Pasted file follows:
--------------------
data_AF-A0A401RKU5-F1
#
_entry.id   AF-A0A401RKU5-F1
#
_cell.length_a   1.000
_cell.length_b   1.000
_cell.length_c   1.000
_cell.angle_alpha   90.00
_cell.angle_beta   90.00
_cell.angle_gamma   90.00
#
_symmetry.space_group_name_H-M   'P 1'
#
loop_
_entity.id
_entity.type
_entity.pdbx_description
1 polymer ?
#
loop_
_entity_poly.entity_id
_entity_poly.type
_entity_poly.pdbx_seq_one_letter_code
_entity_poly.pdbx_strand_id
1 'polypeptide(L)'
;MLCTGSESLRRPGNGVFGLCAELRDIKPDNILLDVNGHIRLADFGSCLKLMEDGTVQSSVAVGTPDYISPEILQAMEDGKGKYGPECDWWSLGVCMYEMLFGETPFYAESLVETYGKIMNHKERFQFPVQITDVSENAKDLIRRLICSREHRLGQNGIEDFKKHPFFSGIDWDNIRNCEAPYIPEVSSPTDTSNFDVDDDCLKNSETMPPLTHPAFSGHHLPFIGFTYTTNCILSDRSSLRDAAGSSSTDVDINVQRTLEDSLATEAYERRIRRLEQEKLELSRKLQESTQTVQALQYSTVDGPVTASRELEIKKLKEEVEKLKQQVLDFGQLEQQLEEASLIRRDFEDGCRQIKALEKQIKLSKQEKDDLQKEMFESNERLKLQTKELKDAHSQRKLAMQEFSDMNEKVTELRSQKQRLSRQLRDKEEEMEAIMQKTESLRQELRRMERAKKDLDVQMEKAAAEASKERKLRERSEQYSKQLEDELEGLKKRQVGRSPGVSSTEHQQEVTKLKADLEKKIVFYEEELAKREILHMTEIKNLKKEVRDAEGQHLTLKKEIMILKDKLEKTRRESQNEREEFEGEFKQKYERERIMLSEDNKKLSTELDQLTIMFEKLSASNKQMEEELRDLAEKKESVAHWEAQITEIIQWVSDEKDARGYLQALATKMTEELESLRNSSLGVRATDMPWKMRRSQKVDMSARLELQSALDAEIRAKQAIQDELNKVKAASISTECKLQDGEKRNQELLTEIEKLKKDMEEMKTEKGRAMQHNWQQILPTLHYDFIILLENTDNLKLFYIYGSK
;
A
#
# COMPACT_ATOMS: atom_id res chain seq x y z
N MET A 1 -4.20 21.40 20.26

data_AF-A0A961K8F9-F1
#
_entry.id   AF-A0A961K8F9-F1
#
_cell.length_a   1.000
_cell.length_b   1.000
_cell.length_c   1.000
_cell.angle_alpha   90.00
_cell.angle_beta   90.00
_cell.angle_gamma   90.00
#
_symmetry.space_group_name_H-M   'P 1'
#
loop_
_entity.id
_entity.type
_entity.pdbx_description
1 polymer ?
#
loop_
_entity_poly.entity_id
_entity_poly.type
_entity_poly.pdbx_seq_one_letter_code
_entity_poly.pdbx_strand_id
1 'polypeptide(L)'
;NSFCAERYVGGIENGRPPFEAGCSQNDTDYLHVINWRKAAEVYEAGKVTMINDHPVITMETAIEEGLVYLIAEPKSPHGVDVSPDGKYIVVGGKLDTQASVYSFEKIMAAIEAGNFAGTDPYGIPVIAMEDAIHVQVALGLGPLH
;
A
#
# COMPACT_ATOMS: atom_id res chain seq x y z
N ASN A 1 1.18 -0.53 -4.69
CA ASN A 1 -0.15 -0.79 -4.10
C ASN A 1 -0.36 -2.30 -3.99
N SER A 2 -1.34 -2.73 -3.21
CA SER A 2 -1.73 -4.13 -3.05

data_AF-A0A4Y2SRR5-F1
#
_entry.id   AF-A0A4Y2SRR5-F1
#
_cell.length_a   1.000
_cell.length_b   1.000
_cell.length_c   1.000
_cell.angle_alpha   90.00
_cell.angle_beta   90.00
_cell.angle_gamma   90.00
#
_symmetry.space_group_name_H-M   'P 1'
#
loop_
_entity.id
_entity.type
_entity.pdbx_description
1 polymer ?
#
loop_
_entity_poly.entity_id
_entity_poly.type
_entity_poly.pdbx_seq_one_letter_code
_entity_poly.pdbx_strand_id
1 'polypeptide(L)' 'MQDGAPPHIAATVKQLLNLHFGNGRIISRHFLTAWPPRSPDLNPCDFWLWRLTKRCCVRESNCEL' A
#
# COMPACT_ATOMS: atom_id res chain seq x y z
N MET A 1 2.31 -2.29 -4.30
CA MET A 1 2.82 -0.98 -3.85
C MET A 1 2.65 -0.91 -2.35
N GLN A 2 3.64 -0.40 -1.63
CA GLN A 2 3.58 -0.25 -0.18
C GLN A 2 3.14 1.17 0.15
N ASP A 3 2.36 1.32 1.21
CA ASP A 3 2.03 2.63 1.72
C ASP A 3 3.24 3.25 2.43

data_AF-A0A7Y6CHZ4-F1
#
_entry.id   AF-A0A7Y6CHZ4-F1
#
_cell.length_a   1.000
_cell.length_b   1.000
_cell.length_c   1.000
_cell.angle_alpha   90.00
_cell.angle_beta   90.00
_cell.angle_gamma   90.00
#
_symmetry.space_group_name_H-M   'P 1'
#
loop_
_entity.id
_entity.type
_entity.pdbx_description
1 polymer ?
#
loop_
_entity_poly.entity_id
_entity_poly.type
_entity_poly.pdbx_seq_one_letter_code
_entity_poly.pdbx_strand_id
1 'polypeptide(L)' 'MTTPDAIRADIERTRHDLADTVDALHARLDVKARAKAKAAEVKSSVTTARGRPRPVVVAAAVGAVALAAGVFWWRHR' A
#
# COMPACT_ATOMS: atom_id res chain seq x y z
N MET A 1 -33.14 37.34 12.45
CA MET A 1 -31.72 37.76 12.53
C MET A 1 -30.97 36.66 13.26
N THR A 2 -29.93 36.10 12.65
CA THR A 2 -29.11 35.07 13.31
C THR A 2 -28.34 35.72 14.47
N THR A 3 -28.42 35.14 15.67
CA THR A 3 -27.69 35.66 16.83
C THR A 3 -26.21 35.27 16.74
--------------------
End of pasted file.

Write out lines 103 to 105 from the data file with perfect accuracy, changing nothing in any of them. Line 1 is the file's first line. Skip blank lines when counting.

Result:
data_AF-A0A7Y6CHZ4-F1
#
_entry.id   AF-A0A7Y6CHZ4-F1